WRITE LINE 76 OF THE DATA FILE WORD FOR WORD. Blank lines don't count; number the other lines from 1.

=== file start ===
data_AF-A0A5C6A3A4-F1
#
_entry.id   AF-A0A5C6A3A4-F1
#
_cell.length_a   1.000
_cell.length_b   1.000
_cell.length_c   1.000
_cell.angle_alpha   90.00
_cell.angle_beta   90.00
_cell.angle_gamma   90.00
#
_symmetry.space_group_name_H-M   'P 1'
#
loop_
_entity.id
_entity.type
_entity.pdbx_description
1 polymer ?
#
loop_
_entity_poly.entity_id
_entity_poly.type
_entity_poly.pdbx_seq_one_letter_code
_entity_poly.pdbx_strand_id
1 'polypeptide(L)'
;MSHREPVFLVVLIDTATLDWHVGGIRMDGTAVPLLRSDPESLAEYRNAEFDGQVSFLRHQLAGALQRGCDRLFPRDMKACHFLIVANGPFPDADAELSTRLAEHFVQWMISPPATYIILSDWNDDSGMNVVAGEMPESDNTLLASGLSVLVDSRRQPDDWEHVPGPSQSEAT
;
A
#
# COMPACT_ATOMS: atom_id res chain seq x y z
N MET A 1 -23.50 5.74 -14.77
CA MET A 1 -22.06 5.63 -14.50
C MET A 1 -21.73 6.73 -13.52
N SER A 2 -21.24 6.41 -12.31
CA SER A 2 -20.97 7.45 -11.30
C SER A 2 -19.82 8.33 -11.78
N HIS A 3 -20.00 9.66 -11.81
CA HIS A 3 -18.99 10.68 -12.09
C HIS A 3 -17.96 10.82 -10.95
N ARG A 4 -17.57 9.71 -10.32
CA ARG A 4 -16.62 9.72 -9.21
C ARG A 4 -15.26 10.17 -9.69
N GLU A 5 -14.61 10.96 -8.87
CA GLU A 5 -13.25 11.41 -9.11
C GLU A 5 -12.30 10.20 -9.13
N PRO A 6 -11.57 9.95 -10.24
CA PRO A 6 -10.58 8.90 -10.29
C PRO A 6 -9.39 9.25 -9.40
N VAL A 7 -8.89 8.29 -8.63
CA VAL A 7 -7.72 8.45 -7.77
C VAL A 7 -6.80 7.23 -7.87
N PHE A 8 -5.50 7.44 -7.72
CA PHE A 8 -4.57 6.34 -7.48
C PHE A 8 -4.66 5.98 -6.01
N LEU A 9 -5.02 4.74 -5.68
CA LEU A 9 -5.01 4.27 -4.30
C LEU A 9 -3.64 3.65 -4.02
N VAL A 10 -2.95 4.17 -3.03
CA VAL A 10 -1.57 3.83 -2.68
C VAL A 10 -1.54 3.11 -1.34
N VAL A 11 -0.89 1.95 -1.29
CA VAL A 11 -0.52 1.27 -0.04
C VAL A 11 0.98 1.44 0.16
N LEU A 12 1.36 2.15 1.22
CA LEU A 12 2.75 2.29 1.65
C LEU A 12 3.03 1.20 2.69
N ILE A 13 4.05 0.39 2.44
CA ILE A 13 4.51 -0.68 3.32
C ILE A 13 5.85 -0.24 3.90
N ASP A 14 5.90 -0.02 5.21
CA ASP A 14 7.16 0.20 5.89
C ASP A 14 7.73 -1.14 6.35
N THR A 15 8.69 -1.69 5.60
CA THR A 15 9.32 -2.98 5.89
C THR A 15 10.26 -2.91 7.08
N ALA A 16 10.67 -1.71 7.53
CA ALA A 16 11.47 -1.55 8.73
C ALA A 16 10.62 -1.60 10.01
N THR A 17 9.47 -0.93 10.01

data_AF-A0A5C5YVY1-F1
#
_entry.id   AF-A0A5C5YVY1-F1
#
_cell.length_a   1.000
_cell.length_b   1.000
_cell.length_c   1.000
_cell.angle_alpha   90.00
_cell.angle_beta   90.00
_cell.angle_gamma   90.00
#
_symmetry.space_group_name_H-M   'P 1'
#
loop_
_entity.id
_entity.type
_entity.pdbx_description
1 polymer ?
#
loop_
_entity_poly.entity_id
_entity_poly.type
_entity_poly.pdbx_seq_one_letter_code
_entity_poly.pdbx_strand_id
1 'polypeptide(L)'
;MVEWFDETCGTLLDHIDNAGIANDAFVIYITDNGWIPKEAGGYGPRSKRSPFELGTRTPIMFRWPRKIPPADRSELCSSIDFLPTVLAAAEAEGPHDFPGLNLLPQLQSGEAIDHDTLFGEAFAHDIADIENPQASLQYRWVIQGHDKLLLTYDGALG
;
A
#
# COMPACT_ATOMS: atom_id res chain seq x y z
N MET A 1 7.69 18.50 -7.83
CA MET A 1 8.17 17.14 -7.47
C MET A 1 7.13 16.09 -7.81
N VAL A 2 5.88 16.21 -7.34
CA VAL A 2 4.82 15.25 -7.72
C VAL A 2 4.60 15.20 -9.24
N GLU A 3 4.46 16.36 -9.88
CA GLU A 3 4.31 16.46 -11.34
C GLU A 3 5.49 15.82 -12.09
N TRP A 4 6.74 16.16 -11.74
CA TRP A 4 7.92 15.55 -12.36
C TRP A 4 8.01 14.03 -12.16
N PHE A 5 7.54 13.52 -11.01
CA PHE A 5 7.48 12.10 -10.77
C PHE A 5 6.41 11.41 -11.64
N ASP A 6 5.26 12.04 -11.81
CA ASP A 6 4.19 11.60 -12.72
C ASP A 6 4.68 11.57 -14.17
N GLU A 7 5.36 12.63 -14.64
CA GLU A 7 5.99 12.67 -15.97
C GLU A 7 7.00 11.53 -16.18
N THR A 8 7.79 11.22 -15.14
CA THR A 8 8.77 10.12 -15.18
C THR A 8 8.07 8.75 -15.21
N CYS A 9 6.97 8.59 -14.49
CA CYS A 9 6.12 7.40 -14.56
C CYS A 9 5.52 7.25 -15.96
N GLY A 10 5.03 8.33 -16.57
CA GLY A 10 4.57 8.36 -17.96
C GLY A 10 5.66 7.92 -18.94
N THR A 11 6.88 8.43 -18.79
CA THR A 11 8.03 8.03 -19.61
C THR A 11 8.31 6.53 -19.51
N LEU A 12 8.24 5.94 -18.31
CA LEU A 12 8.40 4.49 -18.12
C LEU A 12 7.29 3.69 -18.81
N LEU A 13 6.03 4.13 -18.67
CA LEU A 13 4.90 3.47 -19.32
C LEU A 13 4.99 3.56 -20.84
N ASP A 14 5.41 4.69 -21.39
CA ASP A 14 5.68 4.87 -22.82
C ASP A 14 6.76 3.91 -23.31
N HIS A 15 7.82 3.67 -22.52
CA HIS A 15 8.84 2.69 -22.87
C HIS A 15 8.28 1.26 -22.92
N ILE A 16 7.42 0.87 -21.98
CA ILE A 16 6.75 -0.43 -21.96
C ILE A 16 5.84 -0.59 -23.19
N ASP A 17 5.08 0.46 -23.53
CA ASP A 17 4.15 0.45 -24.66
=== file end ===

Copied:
N ALA A 16 10.67 -1.71 7.53